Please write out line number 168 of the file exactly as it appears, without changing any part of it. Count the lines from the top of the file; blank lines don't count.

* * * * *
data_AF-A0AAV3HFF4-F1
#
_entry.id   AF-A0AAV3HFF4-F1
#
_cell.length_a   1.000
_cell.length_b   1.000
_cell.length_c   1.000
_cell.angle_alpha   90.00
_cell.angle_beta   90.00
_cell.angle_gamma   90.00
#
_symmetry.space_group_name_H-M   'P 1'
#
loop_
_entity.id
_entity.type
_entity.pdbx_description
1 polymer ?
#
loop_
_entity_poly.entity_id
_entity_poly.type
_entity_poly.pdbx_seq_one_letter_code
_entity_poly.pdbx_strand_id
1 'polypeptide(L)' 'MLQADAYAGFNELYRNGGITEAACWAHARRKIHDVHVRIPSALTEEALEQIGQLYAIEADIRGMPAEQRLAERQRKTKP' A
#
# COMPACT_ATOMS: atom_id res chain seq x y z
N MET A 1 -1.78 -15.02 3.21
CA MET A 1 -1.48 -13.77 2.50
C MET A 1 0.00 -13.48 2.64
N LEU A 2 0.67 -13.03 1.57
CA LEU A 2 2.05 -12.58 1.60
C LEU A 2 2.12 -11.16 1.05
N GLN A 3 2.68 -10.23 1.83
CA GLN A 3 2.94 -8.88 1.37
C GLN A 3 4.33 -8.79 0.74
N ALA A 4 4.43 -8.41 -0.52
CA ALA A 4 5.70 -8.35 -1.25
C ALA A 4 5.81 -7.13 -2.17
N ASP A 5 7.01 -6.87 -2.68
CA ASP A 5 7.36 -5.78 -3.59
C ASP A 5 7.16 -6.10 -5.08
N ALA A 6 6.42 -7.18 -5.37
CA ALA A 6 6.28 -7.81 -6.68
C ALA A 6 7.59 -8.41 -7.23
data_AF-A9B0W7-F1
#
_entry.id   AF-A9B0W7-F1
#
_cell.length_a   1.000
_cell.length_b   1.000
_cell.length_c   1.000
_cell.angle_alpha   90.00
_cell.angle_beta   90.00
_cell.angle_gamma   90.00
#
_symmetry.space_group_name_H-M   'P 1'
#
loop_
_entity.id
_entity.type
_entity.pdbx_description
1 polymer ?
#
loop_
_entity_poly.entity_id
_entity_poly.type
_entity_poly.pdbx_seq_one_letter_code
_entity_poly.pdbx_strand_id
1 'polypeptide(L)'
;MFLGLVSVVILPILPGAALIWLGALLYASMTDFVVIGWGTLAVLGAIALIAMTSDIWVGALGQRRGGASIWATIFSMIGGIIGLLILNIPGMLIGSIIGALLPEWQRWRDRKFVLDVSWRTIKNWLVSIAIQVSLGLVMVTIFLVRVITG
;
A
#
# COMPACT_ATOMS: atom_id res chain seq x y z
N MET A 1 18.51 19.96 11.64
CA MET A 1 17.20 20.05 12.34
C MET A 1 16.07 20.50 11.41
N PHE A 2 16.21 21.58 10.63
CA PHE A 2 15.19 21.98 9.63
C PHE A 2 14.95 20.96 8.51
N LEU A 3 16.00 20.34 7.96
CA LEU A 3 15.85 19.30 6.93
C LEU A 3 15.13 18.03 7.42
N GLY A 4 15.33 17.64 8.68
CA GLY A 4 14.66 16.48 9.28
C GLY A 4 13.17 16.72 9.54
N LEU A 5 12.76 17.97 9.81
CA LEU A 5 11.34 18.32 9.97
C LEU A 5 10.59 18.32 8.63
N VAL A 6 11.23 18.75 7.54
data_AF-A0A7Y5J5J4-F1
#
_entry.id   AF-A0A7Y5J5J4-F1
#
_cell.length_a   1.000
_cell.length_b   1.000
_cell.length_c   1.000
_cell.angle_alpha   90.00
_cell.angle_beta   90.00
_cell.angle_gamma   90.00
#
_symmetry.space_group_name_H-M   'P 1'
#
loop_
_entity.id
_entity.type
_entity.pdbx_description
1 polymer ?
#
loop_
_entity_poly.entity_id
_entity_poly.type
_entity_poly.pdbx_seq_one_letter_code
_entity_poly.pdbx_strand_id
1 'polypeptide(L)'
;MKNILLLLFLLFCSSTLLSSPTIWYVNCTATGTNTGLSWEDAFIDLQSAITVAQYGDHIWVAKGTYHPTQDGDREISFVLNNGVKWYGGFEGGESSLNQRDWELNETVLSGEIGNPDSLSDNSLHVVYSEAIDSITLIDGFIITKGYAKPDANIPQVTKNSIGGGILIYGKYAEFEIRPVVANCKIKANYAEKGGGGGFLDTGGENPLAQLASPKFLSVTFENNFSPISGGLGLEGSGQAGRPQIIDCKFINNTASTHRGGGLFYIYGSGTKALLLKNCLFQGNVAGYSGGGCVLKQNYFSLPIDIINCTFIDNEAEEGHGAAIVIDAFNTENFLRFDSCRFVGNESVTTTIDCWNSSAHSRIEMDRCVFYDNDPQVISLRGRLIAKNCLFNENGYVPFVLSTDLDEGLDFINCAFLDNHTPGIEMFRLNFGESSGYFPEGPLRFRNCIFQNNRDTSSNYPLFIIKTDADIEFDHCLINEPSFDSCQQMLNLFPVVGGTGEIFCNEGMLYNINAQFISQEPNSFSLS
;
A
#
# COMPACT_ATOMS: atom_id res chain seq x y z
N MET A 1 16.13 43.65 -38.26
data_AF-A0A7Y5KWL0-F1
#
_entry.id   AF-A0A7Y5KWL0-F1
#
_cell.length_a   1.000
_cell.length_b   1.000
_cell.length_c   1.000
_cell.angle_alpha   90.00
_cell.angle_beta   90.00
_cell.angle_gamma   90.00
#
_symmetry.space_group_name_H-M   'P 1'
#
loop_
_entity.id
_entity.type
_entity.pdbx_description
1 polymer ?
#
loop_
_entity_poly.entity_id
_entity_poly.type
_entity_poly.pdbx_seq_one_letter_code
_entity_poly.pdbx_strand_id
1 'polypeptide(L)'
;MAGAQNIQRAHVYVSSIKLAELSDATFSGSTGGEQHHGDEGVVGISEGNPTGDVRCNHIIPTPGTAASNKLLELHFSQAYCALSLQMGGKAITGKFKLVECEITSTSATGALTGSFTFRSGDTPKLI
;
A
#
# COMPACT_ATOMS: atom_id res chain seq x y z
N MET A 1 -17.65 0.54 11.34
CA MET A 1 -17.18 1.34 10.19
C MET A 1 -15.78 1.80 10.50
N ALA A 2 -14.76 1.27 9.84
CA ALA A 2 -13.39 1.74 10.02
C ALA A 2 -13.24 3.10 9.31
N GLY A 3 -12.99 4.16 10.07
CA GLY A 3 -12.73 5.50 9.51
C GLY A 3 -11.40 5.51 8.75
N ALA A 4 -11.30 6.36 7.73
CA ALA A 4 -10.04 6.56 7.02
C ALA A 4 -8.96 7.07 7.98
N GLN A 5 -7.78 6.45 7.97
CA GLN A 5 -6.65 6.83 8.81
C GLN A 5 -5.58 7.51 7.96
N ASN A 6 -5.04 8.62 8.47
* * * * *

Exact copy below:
N ASN A 6 -5.04 8.62 8.47